With Hong Kong’s role as an entrepot trading outpost and coaling station for ships plying the Chinese shores, it also became, from the viewpoint of the Philippines, a window for commerce with the rest of the world and with China during the Spanish rule.

After the United States politically displaced Spain in 1898, Philippine economic progress proceeded even faster than that of Hong Kong. The Philippines experienced rapid economic progress, benefiting from free trade with the United States.

The growth of Hong Kong under British rule. When Britain returned Hong Kong to China in October 1997, it was the most prosperous single region of China. It became a symbol of the eminent success of China as a consolidating power.

After the triumph of the Communist Revolution in the mainland in 1949, the United Kingdom gave the new government of China quick political recognition. This move provided political security to Hong Kong as a British outpost in East Asia.

British political rule gave all residents economic freedom: the freedom to work and to set up business, to trade, to undertake economic activities as freely as commerce would allow. That was the British mantra of economic governance for its territories.

Under these rules, Hong Kong became, incrementally, over the decades, one of the most progressive economic spots in the world. As the world recovered from the destruction of the Second World War, Hong Kong established its position as a place for manufacturing. It also attracted a strong in-migration of Chinese manpower despite British efforts to contain it.

Hong Kong became a busy factory for many labor-intensive products needed by the more advanced world. The rapid expansion of industry was helped further by massive influx of capital and advanced technology that improved the economic drive further.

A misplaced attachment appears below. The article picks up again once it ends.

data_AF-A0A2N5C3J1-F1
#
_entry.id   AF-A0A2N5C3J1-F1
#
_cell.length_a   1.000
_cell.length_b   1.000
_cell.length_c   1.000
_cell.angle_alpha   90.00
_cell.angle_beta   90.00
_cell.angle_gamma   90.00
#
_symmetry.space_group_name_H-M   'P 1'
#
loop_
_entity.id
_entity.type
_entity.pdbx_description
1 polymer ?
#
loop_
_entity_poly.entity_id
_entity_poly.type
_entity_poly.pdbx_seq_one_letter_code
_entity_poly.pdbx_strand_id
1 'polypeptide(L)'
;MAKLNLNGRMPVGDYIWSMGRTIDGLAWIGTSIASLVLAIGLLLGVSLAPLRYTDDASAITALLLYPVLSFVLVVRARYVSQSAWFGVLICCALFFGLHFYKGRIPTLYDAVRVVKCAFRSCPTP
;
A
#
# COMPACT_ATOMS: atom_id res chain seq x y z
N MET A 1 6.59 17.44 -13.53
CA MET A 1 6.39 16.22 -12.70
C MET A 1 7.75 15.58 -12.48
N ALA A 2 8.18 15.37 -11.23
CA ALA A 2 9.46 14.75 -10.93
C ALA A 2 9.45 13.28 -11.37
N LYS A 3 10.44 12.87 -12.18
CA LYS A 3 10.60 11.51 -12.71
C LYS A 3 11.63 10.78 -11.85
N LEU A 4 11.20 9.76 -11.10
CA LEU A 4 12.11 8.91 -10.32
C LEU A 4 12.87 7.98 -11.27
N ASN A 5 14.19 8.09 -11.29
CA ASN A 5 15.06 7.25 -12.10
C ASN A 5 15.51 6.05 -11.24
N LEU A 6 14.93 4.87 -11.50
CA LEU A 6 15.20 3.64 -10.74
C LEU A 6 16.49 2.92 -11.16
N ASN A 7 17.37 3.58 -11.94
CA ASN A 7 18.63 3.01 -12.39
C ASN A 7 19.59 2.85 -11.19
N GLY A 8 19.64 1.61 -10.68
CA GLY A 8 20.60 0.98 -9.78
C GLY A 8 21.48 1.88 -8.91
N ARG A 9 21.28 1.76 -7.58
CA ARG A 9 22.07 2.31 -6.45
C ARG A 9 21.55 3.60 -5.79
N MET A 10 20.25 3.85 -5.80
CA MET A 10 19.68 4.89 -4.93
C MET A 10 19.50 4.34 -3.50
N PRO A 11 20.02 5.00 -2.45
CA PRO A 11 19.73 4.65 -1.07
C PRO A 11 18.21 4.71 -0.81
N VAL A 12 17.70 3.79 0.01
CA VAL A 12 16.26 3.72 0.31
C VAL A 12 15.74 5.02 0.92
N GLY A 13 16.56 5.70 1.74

Over time, Hong Kong was transformed from a manufacturing center to become an important logistics center for trade and finance in the region and into China. Hong Kong became the home of refugee capital from China and normal foreign investments from other countries.

Hong Kong also became the laboratory of learning for mainland Chinese reformers. Deng Hsiao-peng, the successor to Mao Tse-tung as leader of China, copied Hong Kong’s experience and transplanted other mini-Hong Kong experiments to different regions of China.

By October 1997 when Britain returned Hong Kong to China as its long lease of Hong Kong ended, a more pragmatic China, through its leaders, was talking about developing China as “One China, two systems,” that could accommodate the Hong Kong that has developed within the concept of a larger China.

Philippine development after the war diverged from the Hong Kong experience. When we became an independent nation after 1946, our experience as an economy diverged very differently from that of Hong Kong.

Hong Kong continued to remain a free trade port. We became a bastion of regulated industrial developments, with barriers of exchange controls and import controls protecting all domestic developments.

So, with great proximity and Hong Kong almost along the travel routes, Hong Kong became, for rich and well-traveled Filipinos, the place of shopping choice.

(To be continued.)